(Dear Reader,
I couldn’t cut it short- in fact, there still remains so much to write!)

Years back, I had chanced upon the English daily The Statesman which was undergoing some format changes; the editor had written-“Change is the only constant”. It left me an impression that I carry to this day.
Whatever it is- for the better or for the worse, you’ve got to accept change! You can’t stop the tick-tocking of the watch you are wearing or the clock that hangs on the wall- not even if its battery is drained! We all change with time- physiologically, psychologically, socially, culturally, economically, politically and less often religiously (our views change, of course).
As a kid, when we live with parents under their aegis, we have little options but to believe in the same religion as our parents do (more importantly because we don’t know why some other religion could be better); when we hear elders discussing politics, we tend to be biased by their political ideologies; we live in the same house as our parents do, eat the same food, go to the same parties, wear the dresses they buy for us. At school, we study several different subjects without knowing the need to study them; we get to meet new people, make friends, learn about them and try to compare their ways of living with ours. But we have little scope to change things our way.
As we move to high-school, whether we still live with parents or not, we acquire interest in certain subjects, start playing certain games, hang out with certain friends (mostly not the same ones), become curious about the opposite sex, raise our voice when we don’t like the clothes our parents buy for us, develop newer habits (mostly bad) and start telling lies!
By the time we get to college, we usually stay away from our parents; that’s when we feel the air of independence- we make new friends, sometimes play newer games, stay up late at night, again  devise innovative means to draw attention of the opposite sex, engage in activities that exceed our own expectations (without caring if the good-boy/girl image that was so delicately structured since childhood would be blemished), lanky ones try to put on some weight, the chubby ones try to lose them, both visit the gym more often, listen to rock-music, lose interest in most subjects; criticize the education system, the socio-political system, etc., start questioning the conservative views and trying the unconventional ones (for many, just to look ‘cool’).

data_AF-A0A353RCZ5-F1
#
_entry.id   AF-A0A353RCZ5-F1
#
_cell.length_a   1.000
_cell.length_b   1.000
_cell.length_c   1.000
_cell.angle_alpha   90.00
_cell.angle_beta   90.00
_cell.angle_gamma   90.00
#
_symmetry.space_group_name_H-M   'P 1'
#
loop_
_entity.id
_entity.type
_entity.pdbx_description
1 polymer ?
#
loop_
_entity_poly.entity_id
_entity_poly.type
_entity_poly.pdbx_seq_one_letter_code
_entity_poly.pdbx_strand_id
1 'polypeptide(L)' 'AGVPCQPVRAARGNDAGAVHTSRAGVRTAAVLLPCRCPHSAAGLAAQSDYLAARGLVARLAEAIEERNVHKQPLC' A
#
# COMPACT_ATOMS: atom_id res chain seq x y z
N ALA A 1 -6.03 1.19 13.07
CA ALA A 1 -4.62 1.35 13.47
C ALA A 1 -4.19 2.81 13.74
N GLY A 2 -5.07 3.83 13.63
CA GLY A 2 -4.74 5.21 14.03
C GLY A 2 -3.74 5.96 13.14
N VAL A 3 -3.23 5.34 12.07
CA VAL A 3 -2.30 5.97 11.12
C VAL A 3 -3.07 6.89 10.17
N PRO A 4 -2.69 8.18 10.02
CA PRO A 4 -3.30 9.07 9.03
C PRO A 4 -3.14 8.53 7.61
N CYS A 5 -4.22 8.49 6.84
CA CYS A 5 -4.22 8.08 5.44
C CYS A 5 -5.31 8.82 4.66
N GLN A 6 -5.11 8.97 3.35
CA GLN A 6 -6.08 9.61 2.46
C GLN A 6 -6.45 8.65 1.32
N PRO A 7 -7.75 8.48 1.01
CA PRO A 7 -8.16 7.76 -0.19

But just when we start to feel we’re soaring and had enough experience in all aspects of life, we are pushed into this abyss where we feel like a total stranger- most of us need to stay away from the caring parents and comforting friends. With financial independence, satiating unfulfilled desires become easier and we exhibit change in behavior. We start to act and speak diplomatically; again make new friends all of whom would ‘smile’ at you when you pass by and most of whom would backbite you as soon as you’re gone!
If we look back, we’ll most certainly find that our interests changed with time- from the songs we listened to, the books we read, the subjects we found interest in, the games we played, the movies we preferred, the people we idolized, the TV channels we watched, the food we ate, to the company of friends we thought we couldn’t live without! If change hadn’t constantly been part of our lives, we would have lived a boring, predictable life. So, I say, like it or not- Change is good!


  1. This comment has been removed by the author.

  2. vote-bazaar e eta lekha uchit hoyni....timing bhul hoye gechhe...

  3. ha ha... it's awesome !!!!
    really feels like You r speaking of our minds